Some of my tics were eye blinking, facial grimaces, jerking head to one side or the other, sniffling, coughing, clearing throat, shoulder shruggs, and rolling my stomach.
I was teased as a kid. They called me names like 'snorky' and 'spaz'. Other kids would also mimmic my tics.
I didn't react very much because I didn't know why I did these things. I would usually just walk away or ignore them, and try to avoid those situations the best I could.
My child is getting bullied. How can I help?
Bullying is a serious problem that we hear about all too frequently from parents and children. We believe that bullying has long-term and lasting effects on everyone involved, including parents. Nothing is more painful than to know that your child is being bullied and to feel helpless to know how best to respond.
As a young boy, Jim was bullied. I think he may have felt much the same as your child - hoping that it would get better and not wanting to draw any more attention. Unfortunately, the messages Jim and all of the other children who are bullied often say to themselves is negative. "I must not be ok. Other kids don't like me. I must be bad."
Please know that bullying is not ok. It is not acceptable behavior at any stage of a child's development. While it is important that schools get involved to support children that are being bullied, it is often depended on the parents to provide their child with the specific tools necessary to combat bullying.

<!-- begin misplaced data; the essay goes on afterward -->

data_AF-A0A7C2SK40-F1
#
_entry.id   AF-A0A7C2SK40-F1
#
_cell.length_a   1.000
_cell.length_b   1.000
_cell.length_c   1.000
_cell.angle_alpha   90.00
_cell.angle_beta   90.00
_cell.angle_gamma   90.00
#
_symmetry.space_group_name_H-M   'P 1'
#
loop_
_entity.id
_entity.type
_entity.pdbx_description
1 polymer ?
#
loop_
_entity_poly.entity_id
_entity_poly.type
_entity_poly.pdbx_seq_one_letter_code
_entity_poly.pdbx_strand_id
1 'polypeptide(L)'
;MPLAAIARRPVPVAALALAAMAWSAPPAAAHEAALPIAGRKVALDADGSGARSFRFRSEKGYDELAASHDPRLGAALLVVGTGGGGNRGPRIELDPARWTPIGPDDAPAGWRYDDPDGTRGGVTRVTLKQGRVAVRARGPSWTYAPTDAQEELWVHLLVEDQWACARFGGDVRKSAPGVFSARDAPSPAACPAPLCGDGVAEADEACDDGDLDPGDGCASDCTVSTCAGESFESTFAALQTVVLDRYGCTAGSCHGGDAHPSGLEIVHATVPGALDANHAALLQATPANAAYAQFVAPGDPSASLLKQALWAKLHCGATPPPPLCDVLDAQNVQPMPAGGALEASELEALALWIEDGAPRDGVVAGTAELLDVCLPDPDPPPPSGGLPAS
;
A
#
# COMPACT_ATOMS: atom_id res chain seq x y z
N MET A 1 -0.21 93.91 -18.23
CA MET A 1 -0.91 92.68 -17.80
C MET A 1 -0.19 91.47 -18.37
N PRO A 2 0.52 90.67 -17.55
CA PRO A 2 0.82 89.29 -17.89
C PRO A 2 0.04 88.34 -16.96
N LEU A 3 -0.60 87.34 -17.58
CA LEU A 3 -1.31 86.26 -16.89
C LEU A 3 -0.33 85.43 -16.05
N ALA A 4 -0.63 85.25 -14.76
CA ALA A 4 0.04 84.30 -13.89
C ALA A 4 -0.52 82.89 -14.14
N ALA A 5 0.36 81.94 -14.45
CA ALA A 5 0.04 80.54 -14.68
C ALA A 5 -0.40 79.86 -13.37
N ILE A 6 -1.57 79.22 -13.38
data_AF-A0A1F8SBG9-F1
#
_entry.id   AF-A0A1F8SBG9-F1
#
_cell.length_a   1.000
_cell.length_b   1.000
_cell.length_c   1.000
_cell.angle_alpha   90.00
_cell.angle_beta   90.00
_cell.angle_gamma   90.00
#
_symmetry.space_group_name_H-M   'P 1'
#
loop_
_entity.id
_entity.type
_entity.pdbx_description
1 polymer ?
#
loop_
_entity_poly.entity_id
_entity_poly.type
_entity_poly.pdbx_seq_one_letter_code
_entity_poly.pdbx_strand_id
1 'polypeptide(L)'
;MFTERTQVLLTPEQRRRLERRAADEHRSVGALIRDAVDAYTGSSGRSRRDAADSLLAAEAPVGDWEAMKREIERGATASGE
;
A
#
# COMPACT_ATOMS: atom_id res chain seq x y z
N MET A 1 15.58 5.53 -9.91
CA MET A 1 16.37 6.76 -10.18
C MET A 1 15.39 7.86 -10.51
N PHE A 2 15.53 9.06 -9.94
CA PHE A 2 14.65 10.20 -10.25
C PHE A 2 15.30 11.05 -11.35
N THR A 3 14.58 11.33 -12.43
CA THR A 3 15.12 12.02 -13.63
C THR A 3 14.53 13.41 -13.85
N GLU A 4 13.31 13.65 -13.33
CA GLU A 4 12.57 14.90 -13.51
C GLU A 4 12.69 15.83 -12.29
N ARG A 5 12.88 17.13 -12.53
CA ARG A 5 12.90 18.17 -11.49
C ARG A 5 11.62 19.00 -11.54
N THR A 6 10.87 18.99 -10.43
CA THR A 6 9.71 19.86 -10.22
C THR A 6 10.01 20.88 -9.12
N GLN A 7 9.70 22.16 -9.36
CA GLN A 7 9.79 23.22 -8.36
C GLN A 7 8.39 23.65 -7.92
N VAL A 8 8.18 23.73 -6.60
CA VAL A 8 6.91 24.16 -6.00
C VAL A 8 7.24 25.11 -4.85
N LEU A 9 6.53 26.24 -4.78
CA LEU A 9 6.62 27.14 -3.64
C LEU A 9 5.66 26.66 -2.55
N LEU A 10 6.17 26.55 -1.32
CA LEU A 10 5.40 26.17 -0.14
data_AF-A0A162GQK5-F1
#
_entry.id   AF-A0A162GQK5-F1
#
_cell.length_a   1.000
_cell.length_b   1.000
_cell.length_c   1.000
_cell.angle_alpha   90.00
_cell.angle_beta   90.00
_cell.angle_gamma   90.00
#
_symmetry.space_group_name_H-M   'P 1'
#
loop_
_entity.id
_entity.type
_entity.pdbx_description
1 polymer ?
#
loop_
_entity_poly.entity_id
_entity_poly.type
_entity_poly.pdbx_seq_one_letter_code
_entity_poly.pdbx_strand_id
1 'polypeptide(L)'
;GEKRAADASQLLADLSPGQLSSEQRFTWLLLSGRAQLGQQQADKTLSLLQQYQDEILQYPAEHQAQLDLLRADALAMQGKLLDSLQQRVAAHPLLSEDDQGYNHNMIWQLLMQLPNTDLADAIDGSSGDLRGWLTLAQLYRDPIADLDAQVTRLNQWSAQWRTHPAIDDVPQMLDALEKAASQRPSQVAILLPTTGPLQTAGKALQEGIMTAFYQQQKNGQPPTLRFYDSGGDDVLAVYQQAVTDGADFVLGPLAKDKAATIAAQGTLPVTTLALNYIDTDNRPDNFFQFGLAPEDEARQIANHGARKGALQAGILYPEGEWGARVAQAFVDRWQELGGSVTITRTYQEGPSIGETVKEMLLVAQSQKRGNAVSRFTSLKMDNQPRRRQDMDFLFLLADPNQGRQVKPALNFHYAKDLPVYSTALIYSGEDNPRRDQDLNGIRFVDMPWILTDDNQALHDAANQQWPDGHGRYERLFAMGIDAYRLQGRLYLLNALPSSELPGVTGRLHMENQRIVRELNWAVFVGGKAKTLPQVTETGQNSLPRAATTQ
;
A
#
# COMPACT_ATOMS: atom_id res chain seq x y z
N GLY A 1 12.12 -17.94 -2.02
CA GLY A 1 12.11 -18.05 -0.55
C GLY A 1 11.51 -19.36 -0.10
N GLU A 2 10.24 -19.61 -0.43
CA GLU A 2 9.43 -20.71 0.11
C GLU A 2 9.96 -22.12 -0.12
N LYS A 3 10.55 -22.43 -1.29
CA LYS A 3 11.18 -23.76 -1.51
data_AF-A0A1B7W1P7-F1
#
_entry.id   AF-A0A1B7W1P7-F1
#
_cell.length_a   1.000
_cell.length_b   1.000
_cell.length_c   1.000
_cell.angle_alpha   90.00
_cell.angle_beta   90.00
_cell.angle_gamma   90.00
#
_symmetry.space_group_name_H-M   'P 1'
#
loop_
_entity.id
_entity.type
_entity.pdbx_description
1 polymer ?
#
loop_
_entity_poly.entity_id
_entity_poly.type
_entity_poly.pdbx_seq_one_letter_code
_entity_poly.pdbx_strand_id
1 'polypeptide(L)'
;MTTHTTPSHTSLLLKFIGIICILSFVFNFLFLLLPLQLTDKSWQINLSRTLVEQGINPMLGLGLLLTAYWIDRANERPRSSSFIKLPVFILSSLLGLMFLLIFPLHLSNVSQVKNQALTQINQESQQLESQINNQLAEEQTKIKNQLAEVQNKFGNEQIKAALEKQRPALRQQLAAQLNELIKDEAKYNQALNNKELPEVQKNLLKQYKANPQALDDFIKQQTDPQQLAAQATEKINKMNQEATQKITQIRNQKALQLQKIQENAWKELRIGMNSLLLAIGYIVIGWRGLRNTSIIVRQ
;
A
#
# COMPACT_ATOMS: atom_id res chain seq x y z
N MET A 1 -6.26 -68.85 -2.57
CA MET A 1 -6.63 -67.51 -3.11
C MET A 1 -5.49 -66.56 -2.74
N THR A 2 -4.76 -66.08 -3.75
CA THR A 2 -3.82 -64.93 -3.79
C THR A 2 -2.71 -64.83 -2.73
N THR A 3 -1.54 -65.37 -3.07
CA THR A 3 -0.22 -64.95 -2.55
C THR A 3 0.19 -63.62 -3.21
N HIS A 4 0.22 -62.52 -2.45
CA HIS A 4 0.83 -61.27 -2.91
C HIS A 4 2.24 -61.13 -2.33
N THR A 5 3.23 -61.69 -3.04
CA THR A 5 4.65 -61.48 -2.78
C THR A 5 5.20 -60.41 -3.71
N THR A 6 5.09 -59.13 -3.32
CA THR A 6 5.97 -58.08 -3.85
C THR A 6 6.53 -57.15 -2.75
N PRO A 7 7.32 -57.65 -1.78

We have found several resources that are effective, authentic and helpful. SuEllen Fried of Prairie Village, Kansas has studied the topic of bullying for many years. We find her advice very sound. She has co-author a book on bullying with Blanche Sosland "Banishing Bullying Behavior" (Rowman & Littlefield Education), and she gives anti-bullying seminars in schools around the country. www.bullysafeusa.com
You can also visit www.stopbullying.gov and download our resource guides for educators and administrators to learn about tools for coping with Tourette Syndrome.
I hope you find these resources helpful.
Board Member, Jim Eisenriech Foundation for Children with Tourette Syndrome
I never had a problem with hitting because I could hold the tics in for the few seconds it takes a pitcher to throw a pitch.
My tics got worse when I was in a setting (like school or a movie or church) that was more quiet or controlled. I didn't want to be a distraction in these times so I tried to hold my tics in, but the more I tried, the worse they got.
None of Jim's kids have Tourette syndrome.
The early symptoms of TS are almost always noticed first in childhood, with the average onset between the ages of 7 and 10 years. TS occurs in people from all ethnic groups; males are affected about three to four times more often than females. It is estimated that 200,000 Americans have the most severe form of TS, and as many as one in 100 exhibit milder and less complex symptoms such as chronic motor or vocal tics or transient tics of childhood. Although TS can be a chronic condition with symptoms lasting a lifetime, most people with the condition experience their worst symptoms in their early teens, with improvement occurring in the late teens and continuing into adulthood.